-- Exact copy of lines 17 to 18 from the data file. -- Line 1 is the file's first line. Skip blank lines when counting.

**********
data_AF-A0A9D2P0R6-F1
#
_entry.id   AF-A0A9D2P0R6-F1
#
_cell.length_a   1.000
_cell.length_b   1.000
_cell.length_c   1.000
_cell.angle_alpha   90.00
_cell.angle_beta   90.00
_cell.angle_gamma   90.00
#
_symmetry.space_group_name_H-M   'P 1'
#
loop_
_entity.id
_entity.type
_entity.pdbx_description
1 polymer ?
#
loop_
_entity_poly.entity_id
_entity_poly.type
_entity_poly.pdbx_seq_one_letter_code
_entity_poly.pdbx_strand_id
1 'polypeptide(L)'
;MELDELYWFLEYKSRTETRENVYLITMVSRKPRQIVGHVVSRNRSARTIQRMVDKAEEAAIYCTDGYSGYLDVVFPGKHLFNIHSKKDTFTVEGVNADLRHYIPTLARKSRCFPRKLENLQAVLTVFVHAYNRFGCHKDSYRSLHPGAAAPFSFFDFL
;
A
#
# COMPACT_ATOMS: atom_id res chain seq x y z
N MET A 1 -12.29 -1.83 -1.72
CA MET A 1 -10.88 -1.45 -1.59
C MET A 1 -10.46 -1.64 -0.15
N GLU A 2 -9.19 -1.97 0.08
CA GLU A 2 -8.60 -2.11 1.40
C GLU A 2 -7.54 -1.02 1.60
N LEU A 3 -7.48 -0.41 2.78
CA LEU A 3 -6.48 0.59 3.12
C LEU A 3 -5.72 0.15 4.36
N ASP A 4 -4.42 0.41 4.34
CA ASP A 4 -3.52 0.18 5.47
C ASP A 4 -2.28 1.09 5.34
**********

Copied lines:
_entity.pdbx_description
1 polymer ?